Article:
Tuesday, September 11, 2007

The Vodka Parables

Recently at a bar with some Brazilians I was talking about the wide price differences in alcohol here. One person was very opinionated on the issue and made the following statements about three different vodkas.

A. This vodka is terrible, it's just low quality and doesn't taste good at all.

B. I like this one better. I'll order it with mix drinks. But it's not the best.

C. This vodka is like heaven. I feel nothing in the morning and it goes down so smooth.

Now what if I told you that in taste tests, the vodkas often finish A,B,C. Confused? Does my friend just have really bad taste in vodka? Let me tell you about how marketing can mess with our heads, using Vodka as the example.

The vodkas? A is Smirnoff (here's one review surprised it is so good in blind taste tests), B is Absolut, and C is Grey Goose.

Smirnoff is the best seller, Absolut is the famous marketing machine, and Grey Goose is the first to create the so-called "super-premium" vodka category. Problem is, price doesn't always correlate with taste (this article explains that actually many vodka makers get their ingredients from the same place).

In reality, people formulate a huge part of their decision based upon the container and marketing (as MalcolmGladwell put rather well in Blink, hat tip to Get Rich Slowly for getting permission to excerpt it). It's no coincidence my friend thinks the expensive ones are better.

As few wine experts as there are, there are even fewer Vodka experts. I certainly am not one. Most people haven't a clue between Albertson's Best and the most expensive brands. Mix it with cranberry and it's downright impossible for most.

A trick I used on occasion in college was to buy two bottles, an expensive one and the cheapest one. I would put the expensive vodka in the cheap bottle and vice versa. At parties I would offer the nice bottle to moocher guests I didn't know, but friends knew which one had the good stuff.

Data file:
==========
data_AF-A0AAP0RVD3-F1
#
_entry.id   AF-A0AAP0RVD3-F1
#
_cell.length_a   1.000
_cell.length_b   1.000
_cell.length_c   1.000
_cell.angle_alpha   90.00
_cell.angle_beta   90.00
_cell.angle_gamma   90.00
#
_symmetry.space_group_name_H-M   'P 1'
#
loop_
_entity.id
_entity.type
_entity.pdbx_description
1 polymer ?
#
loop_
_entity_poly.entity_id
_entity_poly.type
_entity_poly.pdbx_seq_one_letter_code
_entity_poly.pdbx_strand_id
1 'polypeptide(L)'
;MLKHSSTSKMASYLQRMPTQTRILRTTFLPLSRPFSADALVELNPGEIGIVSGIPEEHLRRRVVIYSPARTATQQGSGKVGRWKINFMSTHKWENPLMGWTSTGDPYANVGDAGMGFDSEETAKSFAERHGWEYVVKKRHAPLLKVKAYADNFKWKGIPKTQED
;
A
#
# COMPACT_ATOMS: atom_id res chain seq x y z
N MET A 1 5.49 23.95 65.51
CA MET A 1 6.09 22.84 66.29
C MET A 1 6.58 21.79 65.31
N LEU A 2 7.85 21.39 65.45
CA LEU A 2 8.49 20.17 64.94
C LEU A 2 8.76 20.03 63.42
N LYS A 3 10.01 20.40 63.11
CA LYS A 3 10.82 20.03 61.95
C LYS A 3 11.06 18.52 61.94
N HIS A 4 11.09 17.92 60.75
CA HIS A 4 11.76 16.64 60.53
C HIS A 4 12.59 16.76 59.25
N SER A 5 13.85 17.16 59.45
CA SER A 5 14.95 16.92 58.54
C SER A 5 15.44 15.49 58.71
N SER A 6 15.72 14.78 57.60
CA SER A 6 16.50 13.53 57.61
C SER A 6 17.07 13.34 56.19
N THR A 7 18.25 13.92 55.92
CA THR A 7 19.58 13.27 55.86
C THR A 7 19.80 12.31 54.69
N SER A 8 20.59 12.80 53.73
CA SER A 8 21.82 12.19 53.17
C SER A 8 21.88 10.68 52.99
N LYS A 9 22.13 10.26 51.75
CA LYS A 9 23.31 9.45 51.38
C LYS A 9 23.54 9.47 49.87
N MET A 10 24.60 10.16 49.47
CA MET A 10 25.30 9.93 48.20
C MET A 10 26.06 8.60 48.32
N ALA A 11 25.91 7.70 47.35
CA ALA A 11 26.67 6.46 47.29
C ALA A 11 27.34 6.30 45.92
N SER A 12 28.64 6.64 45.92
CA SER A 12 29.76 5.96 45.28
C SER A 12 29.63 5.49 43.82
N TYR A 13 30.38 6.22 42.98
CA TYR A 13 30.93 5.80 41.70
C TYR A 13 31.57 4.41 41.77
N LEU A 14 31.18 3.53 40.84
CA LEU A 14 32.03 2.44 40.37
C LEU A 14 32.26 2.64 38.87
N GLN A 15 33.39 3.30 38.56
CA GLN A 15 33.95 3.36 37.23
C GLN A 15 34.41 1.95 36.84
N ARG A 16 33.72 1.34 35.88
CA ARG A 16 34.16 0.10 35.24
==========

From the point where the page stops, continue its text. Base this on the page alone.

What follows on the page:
Not once did anybody ever say anything. Not one person could ever tell the difference. The other weird thing is that when I told friends the good stuff was in the cheap bottle, it was like they still didn't think it was the good stuff. Not that they didn't believe me, I think it's that they have this image of getting their vodka from a pretty blue, sleek Skyy bottle, and that's more important than the actual vodka.

This isn't just about the vodka, of course. This extends to all kinds of products. Cereals, soap, milk, canned soup. The point is that even if you think you are in control of your consumer emotions, you are susceptible to marketing and it would behoove you to at least recognize it, if not outright defy it. And next time, just get Smirnoff.


Blogger Jeff said...

I remember when you first told me about the vodka switch. Brilliant!

5:02 AM  
Blogger Bradley said...

So classic! Good times at the Helen Street house.

8:39 PM  
Blogger Vanessa said...

I remember when I first watched the vodka switch (first weekend hanging out) I was thinking, "am I really about to date this cheap bastard?" haha

10:01 PM  

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